UPDATE: I remembered that none other than Al Franken has recommmended that we "never ever, ever, ever execute a sitting President."

A long book, not for the beach, but well-written and recommended: The Langum Prize Winner by Stuart Banner, The Death Penalty: An American History. Among other things it illustrates how our society has attempted to "sanitize" the death penalty over time to take away pain, lethal injection being only the latest attempt. (Electric Chair was seen as a great leap forward over hanging at one point. Faster and more "humane" if you can imagine.)

UPDATE 2: Interesting conversation over the Casa Blue Gal dinner table tonight. There is a difference between "execution" and "assassination" and one reason so many are arguing about Saddam's death is that his end blurred the lines between the two. Mussolini was executed by a political "party" willing to take responsibility for his death, but they were not the official government at the time. The legitimacy of the current Iraqi government plays into this whole debate, as well.


  1. Anonymous6:18 PM

    Thanks to Metcalf for putting my daily fantasy into print.

  2. Anonymous7:47 PM

    You really don't have an eye of hell, do you? It's Tony Soprano.

    And I'm not certain, but I think that what Metcalf wrote is, in fact, illegal. Personally, I'd love for Bushie to die of old age in a real prison -- the kind with actual bars and without a golf course.

  3. Anonymous9:20 PM

    Blue Gal -

    As you already know, I am a life-long opponent of the Death Penalty; I do not think the State should have the right or the ability to execute its citizens.

    Given that, I nevertheless would like to see this entire administration go before a judge for their war crimes and crimes against humanity. I would like to see them spend the rest of their unnatural lives behind bars. And when, like bad milk, they do expire, I would not mind seeing them festooned about on posts.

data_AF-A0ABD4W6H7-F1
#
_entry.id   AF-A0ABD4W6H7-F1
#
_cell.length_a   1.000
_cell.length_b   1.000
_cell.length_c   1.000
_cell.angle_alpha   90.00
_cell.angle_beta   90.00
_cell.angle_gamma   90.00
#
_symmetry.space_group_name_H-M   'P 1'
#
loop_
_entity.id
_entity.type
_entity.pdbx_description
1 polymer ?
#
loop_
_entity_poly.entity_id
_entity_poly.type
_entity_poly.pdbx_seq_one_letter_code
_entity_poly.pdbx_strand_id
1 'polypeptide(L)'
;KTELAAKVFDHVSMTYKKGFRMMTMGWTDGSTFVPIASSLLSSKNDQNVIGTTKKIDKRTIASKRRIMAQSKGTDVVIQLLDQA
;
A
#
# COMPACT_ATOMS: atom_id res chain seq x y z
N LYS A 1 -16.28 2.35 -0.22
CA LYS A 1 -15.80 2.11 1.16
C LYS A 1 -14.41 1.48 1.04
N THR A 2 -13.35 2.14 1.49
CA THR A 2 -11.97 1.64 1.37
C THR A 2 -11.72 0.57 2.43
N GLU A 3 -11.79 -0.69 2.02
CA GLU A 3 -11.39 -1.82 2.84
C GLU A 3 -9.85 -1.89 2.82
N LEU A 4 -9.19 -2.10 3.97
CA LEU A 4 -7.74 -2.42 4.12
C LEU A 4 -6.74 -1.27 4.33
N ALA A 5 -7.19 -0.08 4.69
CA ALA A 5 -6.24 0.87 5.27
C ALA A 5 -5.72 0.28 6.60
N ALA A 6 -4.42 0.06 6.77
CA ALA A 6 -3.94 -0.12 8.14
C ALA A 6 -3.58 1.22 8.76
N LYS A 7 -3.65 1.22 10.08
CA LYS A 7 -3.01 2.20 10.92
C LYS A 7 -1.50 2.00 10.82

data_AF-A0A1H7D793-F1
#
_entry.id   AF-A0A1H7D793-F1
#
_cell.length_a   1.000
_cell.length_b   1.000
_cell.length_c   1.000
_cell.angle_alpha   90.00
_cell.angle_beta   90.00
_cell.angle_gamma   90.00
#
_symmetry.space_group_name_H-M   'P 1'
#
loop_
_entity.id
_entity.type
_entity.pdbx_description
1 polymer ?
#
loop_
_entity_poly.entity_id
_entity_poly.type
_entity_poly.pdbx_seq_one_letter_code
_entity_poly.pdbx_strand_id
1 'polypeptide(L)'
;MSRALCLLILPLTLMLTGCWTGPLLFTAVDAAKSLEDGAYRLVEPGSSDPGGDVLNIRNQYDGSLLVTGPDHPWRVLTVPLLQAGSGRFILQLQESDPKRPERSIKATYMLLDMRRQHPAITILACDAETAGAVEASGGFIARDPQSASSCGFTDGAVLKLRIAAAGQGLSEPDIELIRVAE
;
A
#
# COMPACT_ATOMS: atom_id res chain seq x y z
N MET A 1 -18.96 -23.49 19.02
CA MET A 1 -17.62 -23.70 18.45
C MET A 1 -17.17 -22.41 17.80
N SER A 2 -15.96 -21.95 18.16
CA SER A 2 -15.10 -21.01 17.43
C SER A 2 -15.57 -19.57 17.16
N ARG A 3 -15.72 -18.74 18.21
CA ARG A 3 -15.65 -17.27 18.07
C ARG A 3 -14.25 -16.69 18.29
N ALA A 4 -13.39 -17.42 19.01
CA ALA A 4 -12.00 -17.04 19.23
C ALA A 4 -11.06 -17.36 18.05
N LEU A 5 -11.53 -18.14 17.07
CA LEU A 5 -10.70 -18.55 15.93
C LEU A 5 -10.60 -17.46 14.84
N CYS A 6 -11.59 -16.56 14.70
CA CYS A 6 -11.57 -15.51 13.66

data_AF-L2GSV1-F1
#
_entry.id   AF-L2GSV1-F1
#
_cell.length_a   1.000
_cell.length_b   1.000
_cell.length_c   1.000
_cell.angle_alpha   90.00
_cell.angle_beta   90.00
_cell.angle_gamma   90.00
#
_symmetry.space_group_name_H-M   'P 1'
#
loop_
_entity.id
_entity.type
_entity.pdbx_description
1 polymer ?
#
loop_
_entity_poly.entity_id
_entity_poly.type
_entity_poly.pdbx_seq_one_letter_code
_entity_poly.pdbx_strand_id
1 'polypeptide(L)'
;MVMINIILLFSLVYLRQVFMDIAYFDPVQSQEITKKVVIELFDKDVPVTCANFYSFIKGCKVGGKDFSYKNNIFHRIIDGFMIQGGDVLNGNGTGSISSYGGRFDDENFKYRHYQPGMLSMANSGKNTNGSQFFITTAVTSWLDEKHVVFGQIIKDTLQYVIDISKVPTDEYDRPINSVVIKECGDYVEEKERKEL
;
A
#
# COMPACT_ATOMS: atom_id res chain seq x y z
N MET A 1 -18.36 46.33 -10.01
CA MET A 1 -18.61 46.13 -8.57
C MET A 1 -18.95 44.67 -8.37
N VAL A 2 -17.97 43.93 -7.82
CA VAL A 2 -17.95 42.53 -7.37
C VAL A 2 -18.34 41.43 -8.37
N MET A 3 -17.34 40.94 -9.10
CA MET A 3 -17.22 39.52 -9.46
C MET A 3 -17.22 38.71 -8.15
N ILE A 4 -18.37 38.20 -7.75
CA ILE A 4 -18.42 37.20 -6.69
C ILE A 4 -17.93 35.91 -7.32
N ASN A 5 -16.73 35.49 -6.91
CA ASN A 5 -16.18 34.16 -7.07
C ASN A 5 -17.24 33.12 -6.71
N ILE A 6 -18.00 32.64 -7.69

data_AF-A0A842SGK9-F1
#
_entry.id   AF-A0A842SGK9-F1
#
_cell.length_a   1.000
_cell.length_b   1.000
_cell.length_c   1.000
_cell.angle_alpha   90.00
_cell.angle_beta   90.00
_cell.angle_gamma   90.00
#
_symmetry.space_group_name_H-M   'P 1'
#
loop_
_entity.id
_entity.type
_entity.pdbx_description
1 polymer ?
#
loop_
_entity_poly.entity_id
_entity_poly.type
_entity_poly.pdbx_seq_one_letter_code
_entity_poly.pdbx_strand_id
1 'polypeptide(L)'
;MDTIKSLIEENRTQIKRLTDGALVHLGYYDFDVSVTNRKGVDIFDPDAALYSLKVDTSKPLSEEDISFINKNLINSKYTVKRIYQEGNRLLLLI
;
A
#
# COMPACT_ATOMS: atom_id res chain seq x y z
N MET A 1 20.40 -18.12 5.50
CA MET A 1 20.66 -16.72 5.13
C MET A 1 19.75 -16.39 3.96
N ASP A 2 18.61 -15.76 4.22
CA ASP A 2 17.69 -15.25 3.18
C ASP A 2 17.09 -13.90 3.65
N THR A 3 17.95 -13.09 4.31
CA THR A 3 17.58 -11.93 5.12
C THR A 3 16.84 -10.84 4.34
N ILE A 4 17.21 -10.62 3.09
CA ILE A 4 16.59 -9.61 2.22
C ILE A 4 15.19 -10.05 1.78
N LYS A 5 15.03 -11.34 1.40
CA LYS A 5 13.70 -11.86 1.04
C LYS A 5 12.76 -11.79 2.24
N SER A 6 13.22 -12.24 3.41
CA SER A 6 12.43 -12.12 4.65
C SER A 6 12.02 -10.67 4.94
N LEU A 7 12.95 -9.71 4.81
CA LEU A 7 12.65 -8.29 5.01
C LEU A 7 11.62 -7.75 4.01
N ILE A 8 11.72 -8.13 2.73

Whoever wants my vote in 2008 only has to promise that they will sign the International Criminal Court Treaty, and with a retroactive signing statement have it apply starting in 2000.

    Not that I'm bitter.



  4. Anonymous9:55 PM

    I'm with Qwerty and Tengrain,BG, though I think your post is chock full of food for thought (and research)and I truly appreciate it. I think that at least one high level war criminal from the Third Reich spent the rest of his natural life in prison--perhaps a "fate worse than death"--and well deserved. Again, food for thought (and action).

  5. Anonymous9:57 PM

    Whoops..I signed my note wrong..."I'm with Qwerty and Tengrain" is from me.

  6. Anonymous1:45 AM

    I must admit that because of my red state upbringing and Reagan Democrat/Libertarian father, I was taught to believe in capital punishment.